The following tutorial demonstrates how to open the Settings app when using a version of the Windows 11 oeprating system.
The Settings app in Windows 10 was a huge change for Microsoft. No longer was the Control Panel the focus for technical changes; instead Microsoft had developed a relatively easy to use Settings section, similar to what you would expect to find on the average smartphone. The Control Panel still exists to help you troubleshoot some of the more complicated tasks like setting a default printer, et cetera, but the Settings app has become even more refined in Windows 11.
One of the most notable changes to the Settings app in Windows 11 is the main categories. No longer are there only the main categories shown from the first Settings page where you had to then choose a category before you could see what was on the following page. This is an interesting change because Windows 11 did originally ship for Windows Insiders with the old-style Settings menu here, but before the official builds were changed. We criticized the old-style menu for it having too many links which resulted in them all not fitting in from a 17-inch laptop display, which is the largest general laptop size you can get. This could be one of the reasons Microsoft decided to go in a different direction entirely with the main Settings menu, which now consists of no dedicated main category page and instead just had the categories listed in a left menu and then more subcategories on the right side of the same window for each. We like this idea a lot, particularly because it also means the main display category is already opened and its subcategories are already visibly there to be clicked, which will certainly be of assistance to average computer users who don’t yet spend all day in front of a computer or its software.
Method One: How to Open Settings from Start Menu
Probably the most obvious way to get access to the Settings app in Windows 11 is from the Start Menu. Every Windows user knows the Start Menu, and for many, it is the first thing that comes to their mind when they think about the navigation.
1. Click on the Start button in the taskbar.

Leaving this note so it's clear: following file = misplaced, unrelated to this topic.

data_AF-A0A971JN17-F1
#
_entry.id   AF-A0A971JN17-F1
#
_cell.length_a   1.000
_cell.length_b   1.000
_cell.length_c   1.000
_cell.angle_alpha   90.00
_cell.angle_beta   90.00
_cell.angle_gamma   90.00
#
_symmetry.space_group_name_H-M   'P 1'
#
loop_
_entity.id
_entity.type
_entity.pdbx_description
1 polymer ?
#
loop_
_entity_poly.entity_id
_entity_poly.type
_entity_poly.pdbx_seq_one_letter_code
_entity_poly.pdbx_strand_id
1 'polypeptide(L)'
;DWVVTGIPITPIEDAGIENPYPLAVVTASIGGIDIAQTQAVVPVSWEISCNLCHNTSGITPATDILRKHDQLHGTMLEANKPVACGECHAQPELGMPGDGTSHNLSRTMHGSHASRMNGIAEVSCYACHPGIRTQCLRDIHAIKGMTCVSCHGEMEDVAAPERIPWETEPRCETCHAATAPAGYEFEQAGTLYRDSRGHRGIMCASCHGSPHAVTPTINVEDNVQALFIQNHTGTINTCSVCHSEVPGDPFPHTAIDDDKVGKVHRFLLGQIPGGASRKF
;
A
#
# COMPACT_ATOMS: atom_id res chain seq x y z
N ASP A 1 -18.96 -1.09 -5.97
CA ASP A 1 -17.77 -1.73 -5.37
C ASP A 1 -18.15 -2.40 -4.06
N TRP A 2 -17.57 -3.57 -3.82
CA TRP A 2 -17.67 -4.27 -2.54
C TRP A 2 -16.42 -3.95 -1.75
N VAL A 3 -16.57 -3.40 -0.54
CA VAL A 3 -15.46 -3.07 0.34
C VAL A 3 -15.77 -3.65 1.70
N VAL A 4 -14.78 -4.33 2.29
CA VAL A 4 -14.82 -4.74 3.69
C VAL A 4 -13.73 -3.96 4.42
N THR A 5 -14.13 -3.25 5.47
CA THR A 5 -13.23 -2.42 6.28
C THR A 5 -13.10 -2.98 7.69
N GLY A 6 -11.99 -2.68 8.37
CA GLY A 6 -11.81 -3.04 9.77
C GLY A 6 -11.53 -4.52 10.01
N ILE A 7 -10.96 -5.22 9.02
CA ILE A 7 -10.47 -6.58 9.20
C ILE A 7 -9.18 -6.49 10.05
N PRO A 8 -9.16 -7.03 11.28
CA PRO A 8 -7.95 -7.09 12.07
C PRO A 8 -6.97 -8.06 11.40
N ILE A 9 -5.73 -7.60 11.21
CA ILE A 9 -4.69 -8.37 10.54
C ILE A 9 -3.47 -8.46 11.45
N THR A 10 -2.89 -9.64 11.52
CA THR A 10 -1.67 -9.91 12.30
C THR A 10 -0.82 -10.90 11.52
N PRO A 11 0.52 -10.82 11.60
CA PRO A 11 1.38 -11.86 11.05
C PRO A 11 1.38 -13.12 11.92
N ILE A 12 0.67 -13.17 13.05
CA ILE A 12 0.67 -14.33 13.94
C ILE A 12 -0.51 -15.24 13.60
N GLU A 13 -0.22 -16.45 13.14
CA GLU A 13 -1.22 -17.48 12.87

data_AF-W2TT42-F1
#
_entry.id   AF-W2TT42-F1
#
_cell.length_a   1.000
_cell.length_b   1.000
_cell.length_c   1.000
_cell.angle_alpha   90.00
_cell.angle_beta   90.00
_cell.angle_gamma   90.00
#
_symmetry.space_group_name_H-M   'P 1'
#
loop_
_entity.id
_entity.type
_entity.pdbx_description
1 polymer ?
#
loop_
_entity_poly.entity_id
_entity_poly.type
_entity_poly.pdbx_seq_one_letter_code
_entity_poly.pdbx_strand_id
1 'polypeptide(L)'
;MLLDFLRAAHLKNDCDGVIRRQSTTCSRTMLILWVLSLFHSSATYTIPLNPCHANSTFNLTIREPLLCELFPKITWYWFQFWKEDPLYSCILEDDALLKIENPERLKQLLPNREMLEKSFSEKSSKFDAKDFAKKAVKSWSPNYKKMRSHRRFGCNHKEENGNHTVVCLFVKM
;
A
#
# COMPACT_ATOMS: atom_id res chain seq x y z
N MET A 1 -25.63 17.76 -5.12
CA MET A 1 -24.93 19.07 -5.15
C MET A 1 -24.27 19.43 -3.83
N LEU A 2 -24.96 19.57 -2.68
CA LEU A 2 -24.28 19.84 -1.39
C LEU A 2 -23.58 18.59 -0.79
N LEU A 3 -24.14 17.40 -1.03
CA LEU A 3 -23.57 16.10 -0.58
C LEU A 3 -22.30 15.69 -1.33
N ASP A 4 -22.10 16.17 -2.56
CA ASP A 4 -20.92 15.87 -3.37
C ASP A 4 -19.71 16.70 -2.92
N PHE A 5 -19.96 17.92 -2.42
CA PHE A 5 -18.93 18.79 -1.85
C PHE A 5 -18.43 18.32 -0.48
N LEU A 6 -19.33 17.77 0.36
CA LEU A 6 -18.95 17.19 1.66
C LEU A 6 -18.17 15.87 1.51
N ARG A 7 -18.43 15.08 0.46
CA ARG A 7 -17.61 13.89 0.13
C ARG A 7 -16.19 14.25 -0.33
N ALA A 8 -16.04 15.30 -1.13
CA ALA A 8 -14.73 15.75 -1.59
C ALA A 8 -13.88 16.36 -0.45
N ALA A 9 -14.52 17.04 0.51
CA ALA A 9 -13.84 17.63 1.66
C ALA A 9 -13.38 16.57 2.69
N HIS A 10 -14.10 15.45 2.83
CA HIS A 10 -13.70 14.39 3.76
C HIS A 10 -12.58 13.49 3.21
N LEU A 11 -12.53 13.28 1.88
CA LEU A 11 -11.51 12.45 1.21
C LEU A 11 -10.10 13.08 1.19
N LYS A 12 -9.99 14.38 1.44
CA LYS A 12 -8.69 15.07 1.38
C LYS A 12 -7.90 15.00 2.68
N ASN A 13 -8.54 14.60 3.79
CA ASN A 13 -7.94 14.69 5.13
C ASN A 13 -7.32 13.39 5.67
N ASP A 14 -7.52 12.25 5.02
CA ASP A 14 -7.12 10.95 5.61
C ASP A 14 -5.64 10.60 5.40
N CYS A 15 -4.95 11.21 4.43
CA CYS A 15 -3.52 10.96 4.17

2. Click on the Settings icon found within the default lift of pinned apps.
Note: This app can be shuffled around, similar to a smartphone operating system such as Android, so your icon might not be in the same location as in our screenshot.
Method Two: How to Open Settings from Search
Over the years, searching for what you want to navigate to rather than clicking through to the location has become more prominent. This is because it can be a more efficient way to navigate. There are several ways you can open the Settings via two clicks, which is the same number as when you use Search, but nevertheless, since Windows users now use Search so often, this is one of the better ways to get to know the Settings app.
1. Click on the Search icon in the taskbar.
2. Type Settings into the search field at the top of the Search window.
3. Click on the Settings app when it becomes visible either under the Best match section or from the Open link beneath the Settings app badge.
Method Three: How to Open Settings from Quick Settings
Windows 10’s Action Center has been replaced with the Quick Settings menu in Windows 11. Of all the changes made in Windows 11, getting used to no longer having the Action Center was what we found must difficult, because the way you get acess to some of the settings that used to be in there now seem more illogical. For instance, having to click on the volume or battery status icon in order to adjust the brightness, is not a natural thought to have. But the Quick Settings itself is quite pleasant and is also a location where you can find the Settings icon to open the Settings app.
1. Open the Quick Settings menu. See this tutorial for all the different ways in which you can open the Quick Settings menu when using a version of the Windows 11 operating system: How to Open Quick Settings in Windows 11 [Tutorial].
2. Click on the Settings icon in the bottom right corner of the Quick Settings menu.
Method Four: How to Open Settings from Power User Menu